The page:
Travel to Thailand: Dancing with the Tai Dam People

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The Tai Dam People Dance to Ward Off Bad Spirits and Thank the Good Spirits, Loei Province, Thailand, March 2015

The Tai Dam People Dance to Ward Off Bad Spirits and Thank the Good Spirits, Loei Province, Thailand, March 2015

You know that phrase “Dance like no one is watching?” Well, it’s something I typically practice after an adult beverage or two (or three) because this white girl DOES NOT have any rhythm and I do my best at avoiding embarrassing myself. During my March visit to Thailand, I tossed aside my inhibitions and danced with the Tai Dam people in Ban Na Pa Nat of the Chiang Khan district in the Loei Province. And yes, I did it without the assistance of good libations.

A Woman Makes Amulets at the Tai Dam House Museum - #TBEX Blogger Preview Trip, Loei Region of Thailand, March 23 - 25, 2015

A Woman Makes Amulets at the Tai Dam House Museum – #TBEX Blogger Preview Trip, Loei Region of Thailand, March 23 – 25, 2015

The Tai Dam people are descendants of indigenous people from Vietnam who immigrated to Thailand through Laos in 1905. Tai Dam basically translates to “people who wear black” and as explained to me at the Tai Dam Cultural Village, while most people in Thailand practice Buddhism, the Tai Dam people don’t. They do, however, believe in the spirits of their deceased relatives.

Brightly Colored Amulets at the Tai Dam House Museum - #TBEX Blogger Preview Trip, Loei Region of Thailand, March 23 - 25, 2015

Brightly Colored Amulets at the Tai Dam House Museum – #TBEX Blogger Preview Trip, Loei Region of Thailand, March 23 – 25, 2015

Visiting the village I saw women weaving gorgeous pashminas and throws on looms. I also saw gorgeous, amulets made with bright neon thread weaved into shapes of triangles and squares. More intricate ones were weaved together to create designs as hearts and boxes.

Let’s get back to the dance…

A Girl at Tai Dam House Museum - #TBEX Blogger Preview Trip, Loei Region of Thailand, March 23 - 25, 2015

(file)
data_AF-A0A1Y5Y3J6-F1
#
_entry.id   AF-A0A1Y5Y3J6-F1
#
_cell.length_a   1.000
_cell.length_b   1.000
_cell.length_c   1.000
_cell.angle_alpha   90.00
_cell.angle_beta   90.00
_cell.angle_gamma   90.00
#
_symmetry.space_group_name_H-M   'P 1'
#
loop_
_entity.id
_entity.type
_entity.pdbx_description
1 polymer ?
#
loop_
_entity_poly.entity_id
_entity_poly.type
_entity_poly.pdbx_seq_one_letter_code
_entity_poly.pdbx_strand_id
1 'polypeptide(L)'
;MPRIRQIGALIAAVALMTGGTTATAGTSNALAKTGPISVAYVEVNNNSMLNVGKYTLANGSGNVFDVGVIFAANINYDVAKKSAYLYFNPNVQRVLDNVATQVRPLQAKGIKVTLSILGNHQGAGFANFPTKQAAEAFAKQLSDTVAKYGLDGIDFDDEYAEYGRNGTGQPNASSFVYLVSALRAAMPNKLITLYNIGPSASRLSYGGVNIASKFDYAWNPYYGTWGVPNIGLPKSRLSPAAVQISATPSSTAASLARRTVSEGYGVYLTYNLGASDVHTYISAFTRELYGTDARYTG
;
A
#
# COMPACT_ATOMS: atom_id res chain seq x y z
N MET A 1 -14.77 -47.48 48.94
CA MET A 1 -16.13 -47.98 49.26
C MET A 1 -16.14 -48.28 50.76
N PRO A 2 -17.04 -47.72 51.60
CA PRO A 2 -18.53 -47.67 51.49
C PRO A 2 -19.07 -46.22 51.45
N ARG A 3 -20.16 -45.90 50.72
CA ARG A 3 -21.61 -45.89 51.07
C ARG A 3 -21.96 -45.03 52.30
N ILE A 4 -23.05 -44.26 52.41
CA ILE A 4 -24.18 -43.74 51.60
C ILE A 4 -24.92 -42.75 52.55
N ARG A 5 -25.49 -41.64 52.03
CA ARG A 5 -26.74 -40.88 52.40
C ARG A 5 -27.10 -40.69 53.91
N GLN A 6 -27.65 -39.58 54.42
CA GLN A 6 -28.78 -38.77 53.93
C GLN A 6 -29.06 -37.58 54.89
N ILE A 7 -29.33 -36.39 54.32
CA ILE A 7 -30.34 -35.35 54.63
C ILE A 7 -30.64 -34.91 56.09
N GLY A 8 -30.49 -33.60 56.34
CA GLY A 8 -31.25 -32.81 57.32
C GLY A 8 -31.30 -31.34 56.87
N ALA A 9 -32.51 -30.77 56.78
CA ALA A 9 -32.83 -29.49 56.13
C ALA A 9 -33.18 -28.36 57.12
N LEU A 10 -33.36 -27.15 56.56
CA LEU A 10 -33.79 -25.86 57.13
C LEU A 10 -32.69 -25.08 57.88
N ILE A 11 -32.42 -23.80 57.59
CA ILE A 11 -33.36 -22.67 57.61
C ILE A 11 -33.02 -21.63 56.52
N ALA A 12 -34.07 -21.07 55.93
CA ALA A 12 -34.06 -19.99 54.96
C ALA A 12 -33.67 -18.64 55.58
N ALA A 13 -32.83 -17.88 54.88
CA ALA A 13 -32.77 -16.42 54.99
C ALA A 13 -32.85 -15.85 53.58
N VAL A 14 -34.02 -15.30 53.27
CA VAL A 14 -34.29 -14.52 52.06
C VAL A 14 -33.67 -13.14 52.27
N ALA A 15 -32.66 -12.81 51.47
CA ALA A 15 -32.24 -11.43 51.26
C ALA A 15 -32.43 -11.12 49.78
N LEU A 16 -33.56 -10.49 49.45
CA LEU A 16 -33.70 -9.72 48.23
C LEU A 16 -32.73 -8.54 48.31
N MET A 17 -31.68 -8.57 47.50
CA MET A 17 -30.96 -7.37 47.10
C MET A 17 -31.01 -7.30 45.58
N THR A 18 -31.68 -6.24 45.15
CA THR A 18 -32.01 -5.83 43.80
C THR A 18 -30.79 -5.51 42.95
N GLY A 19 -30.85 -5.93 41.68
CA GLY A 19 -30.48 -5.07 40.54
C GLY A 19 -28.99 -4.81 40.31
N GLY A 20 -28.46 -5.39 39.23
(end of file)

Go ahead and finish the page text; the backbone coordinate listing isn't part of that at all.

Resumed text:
A Girl at Tai Dam House Museum – #TBEX Blogger Preview Trip, Loei Region of Thailand, March 23 – 25, 2015

I was traveling with a small group of travel bloggers a and the kind and welcoming people demonstrated a ceremonial dance that they perform every two months to ward off bad spirits and thank the good spirits. It began with music generated by a few people banging what looked like wide pieces of bamboo logs against the ground accompanied by a woman banging a metal drum with a metal stick. Dancers came out to the dance floor, which was actually the dusty ground and began dancing in beat to the music around a pole which hand various, vibrant amulets dangling. There was a lot of arms flailing, kicking of the legs and bowing to dance partners. After the Tai Dam people finished, I thought that was the end of the show.

Meeting the Tai Dam People at the Tai Dam Village - #TBEX Blogger Preview Trip, Loei Region of Thailand, March 23 - 25, 2015

Meeting the Tai Dam People at the Tai Dam Village – #TBEX Blogger Preview Trip, Loei Region of Thailand, March 23 – 25, 2015

Not so.

It was then they began again and invited us to join them on the dance floor. Seriously, I was hesitant but decided,

“Hey, when am I going to be in Thailand and be able to do this again?”

My New Tai Dam Friends, Loei Province, Thailand, March 2015

My New Tai Dam Friends, Loei Province, Thailand, March 2015

I hopped in and found my dance partner, a tall, handsome, giggly 20-something who was patient with my lack of rhythm and coordination. As hard as I tried, I didn’t step on or trip him so my performance was a success!

Learning to Dance with the Tai Dam People at the Tai Dam Village - #TBEX Blogger Preview Trip, Loei Region of Thailand, March 23 - 25, 2015

Learning to Dance with the Tai Dam People at the Tai Dam Village – #TBEX Blogger Preview Trip, Loei Region of Thailand, March 23 – 25, 2015

Before y’all get excited, no, I don’t have moves like Jagger and I won’t be performing on Dancing with the Stars. Jumping in shaking what I got was a lot of fun and I’m sure my lack of coordination entertained my new friends. Perhaps my moves were what legends are made and I’ll be talked about for years to come. Or. Maybe not.

To fully understand the dance, be sure to watch the video.


Disclosure: I was a guest of the Tourism Authority of Thailand and this post has not been reviewed by the host. Opinions are my own and reflect my honest experience.

Author: Solo Travel Girl

Originally from Buffalo, N.Y., a hiking trail led Jennifer Huber, aka: Solo Travel Girl, to a career path in tourism. She has worked in the tourism industry for more than 20 years including 10 years with a park management company in Yellowstone, Death Valley and Everglades National Park. She currently lives in Southwest Florida, and maintains this travel blog with the goal of inspiring others to travel alone, not lonely.

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